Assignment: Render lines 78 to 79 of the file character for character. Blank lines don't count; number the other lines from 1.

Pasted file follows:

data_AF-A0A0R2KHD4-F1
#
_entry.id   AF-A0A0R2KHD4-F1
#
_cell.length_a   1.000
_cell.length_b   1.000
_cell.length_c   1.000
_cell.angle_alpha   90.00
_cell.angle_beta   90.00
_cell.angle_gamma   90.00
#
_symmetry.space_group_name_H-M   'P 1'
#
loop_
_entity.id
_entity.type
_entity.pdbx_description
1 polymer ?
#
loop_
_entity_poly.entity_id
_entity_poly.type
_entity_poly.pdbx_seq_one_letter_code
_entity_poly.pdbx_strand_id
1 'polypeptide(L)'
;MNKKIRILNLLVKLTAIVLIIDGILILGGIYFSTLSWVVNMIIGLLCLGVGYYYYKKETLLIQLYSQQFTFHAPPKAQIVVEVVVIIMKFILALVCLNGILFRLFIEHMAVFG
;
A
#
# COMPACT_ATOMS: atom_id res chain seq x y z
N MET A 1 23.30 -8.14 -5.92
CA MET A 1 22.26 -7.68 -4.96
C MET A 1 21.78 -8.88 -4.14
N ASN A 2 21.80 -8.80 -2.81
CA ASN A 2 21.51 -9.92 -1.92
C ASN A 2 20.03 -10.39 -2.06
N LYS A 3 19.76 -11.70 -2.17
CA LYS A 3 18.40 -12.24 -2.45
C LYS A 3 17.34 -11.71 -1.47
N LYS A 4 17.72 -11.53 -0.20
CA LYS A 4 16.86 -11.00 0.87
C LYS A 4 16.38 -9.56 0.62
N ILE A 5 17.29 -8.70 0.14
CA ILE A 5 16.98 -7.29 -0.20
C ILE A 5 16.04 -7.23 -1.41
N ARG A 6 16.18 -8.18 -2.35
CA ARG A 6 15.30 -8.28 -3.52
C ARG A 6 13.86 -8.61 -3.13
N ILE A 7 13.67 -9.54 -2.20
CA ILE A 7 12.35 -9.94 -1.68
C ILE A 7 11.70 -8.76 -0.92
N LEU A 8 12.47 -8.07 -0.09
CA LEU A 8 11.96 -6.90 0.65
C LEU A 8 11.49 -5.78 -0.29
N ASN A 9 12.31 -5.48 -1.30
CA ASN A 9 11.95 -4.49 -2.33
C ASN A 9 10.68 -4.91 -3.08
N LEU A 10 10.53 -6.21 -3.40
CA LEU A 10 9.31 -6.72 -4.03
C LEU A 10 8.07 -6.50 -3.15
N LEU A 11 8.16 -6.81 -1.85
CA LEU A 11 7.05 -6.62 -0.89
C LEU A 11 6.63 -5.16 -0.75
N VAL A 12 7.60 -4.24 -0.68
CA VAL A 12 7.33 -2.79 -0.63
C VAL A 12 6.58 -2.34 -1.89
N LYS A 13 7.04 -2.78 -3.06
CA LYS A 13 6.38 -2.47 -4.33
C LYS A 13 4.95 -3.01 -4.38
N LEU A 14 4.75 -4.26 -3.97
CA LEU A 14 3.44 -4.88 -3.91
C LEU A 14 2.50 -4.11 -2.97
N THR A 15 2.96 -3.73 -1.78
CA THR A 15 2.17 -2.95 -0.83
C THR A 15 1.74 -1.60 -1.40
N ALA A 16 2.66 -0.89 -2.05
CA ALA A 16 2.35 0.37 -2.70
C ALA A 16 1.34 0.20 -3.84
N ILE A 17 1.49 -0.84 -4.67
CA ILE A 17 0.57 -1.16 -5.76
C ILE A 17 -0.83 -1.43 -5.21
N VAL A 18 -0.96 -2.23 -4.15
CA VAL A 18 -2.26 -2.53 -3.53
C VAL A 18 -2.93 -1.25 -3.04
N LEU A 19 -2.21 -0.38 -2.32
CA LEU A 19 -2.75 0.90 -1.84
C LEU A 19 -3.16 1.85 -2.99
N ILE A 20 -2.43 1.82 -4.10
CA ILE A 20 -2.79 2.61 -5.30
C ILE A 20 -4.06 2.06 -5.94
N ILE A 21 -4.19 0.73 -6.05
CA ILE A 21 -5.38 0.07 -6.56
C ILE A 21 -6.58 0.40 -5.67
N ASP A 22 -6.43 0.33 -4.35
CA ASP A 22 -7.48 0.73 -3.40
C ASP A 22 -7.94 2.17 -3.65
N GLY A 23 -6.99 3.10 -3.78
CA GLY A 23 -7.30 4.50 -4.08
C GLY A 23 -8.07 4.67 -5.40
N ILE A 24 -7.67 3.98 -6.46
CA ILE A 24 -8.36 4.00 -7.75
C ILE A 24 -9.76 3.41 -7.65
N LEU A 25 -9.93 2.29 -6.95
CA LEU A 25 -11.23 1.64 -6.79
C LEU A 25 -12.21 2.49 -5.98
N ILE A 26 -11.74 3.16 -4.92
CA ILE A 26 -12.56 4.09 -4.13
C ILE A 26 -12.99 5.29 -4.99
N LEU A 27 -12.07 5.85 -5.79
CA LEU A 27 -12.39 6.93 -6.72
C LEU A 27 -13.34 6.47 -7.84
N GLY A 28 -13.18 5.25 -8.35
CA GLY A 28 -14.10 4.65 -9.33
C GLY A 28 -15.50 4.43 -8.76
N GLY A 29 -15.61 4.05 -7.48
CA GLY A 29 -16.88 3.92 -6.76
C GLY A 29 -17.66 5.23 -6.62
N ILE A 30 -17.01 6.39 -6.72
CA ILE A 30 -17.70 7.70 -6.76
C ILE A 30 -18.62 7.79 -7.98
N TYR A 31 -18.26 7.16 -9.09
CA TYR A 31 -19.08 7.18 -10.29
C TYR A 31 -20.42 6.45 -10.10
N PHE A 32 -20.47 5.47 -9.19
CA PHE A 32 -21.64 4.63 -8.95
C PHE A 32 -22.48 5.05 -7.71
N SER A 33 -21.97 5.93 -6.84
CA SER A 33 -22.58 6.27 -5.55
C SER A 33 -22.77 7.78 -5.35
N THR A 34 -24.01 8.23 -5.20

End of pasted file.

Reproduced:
C ALA A 16 1.34 0.20 -3.84
N ILE A 17 1.49 -0.84 -4.67